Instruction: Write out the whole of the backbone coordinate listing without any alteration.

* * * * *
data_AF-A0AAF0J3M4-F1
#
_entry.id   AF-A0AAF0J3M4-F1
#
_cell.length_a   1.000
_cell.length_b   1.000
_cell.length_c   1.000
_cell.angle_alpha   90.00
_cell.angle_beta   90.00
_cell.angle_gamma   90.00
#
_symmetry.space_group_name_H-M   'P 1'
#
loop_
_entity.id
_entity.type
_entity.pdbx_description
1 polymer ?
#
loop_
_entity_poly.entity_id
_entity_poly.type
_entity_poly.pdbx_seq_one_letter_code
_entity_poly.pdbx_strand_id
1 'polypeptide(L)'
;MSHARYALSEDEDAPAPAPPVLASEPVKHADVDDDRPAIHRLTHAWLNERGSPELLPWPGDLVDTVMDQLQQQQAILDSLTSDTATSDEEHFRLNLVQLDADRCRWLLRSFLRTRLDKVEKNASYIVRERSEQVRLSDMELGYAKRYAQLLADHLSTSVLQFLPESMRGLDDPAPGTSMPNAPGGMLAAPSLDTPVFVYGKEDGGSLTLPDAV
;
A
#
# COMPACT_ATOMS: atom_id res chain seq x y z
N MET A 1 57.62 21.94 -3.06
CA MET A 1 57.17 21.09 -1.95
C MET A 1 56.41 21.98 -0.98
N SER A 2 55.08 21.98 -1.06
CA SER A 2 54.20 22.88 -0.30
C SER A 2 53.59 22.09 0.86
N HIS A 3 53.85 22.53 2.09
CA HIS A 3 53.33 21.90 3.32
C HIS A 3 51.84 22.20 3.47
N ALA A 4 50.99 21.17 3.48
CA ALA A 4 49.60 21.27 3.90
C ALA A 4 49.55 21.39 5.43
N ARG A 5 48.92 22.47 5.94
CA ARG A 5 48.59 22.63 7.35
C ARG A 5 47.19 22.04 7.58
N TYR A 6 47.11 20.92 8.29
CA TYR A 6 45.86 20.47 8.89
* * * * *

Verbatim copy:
data_AF-A0AAF0J3M4-F1
#
_entry.id   AF-A0AAF0J3M4-F1
#
_cell.length_a   1.000
_cell.length_b   1.000
_cell.length_c   1.000
_cell.angle_alpha   90.00
_cell.angle_beta   90.00
_cell.angle_gamma   90.00
#
_symmetry.space_group_name_H-M   'P 1'
#
loop_
_entity.id
_entity.type
_entity.pdbx_description
1 polymer ?
#
loop_
_entity_poly.entity_id
_entity_poly.type
_entity_poly.pdbx_seq_one_letter_code
_entity_poly.pdbx_strand_id
1 'polypeptide(L)'
;MSHARYALSEDEDAPAPAPPVLASEPVKHADVDDDRPAIHRLTHAWLNERGSPELLPWPGDLVDTVMDQLQQQQAILDSLTSDTATSDEEHFRLNLVQLDADRCRWLLRSFLRTRLDKVEKNASYIVRERSEQVRLSDMELGYAKRYAQLLADHLSTSVLQFLPESMRGLDDPAPGTSMPNAPGGMLAAPSLDTPVFVYGKEDGGSLTLPDAV
;
A
#
# COMPACT_ATOMS: atom_id res chain seq x y z
N MET A 1 57.62 21.94 -3.06
CA MET A 1 57.17 21.09 -1.95
C MET A 1 56.41 21.98 -0.98
N SER A 2 55.08 21.98 -1.06
CA SER A 2 54.20 22.88 -0.30
C SER A 2 53.59 22.09 0.86
N HIS A 3 53.85 22.53 2.09
CA HIS A 3 53.33 21.90 3.32
C HIS A 3 51.84 22.20 3.47
N ALA A 4 50.99 21.17 3.48
CA ALA A 4 49.60 21.27 3.90
C ALA A 4 49.55 21.39 5.43
N ARG A 5 48.92 22.47 5.94
CA ARG A 5 48.59 22.63 7.35
C ARG A 5 47.19 22.04 7.58
N TYR A 6 47.11 20.92 8.29
CA TYR A 6 45.86 20.47 8.89